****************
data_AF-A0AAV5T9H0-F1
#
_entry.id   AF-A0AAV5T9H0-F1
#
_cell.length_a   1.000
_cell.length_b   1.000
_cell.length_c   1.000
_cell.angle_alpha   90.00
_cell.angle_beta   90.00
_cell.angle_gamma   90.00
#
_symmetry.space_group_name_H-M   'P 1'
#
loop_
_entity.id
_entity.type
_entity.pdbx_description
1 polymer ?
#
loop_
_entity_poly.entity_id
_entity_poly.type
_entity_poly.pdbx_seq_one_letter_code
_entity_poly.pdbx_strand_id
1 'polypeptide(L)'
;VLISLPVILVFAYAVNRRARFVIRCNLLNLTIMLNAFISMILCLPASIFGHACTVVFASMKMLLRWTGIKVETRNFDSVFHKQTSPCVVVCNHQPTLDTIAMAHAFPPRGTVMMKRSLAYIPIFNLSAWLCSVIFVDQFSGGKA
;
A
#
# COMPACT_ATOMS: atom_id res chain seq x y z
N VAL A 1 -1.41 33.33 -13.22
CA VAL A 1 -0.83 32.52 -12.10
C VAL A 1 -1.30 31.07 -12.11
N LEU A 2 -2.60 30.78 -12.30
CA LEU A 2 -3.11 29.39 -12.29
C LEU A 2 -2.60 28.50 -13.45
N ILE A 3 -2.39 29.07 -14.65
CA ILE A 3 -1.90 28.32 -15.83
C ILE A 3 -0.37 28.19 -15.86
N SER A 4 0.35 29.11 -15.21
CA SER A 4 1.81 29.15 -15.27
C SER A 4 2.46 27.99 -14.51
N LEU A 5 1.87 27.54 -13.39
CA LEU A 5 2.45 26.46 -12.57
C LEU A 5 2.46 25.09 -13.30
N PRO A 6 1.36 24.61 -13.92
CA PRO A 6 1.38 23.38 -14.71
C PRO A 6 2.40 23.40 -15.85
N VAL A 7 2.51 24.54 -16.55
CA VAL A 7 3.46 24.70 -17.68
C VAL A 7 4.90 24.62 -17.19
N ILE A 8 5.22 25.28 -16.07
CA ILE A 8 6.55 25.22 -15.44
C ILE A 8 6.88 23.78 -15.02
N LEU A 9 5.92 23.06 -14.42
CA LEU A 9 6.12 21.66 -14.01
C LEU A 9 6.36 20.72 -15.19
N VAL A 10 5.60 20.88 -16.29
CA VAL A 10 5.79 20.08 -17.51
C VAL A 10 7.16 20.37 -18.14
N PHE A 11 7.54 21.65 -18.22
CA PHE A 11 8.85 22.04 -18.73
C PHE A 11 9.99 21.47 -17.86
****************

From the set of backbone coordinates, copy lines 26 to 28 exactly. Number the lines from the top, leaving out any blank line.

;VLISLPVILVFAYAVNRRARFVIRCNLLNLTIMLNAFISMILCLPASIFGHACTVVFASMKMLLRWTGIKVETRNFDSVFHKQTSPCVVVCNHQPTLDTIAMAHAFPPRGTVMMKRSLAYIPIFNLSAWLCSVIFVDQFSGGKA
;
A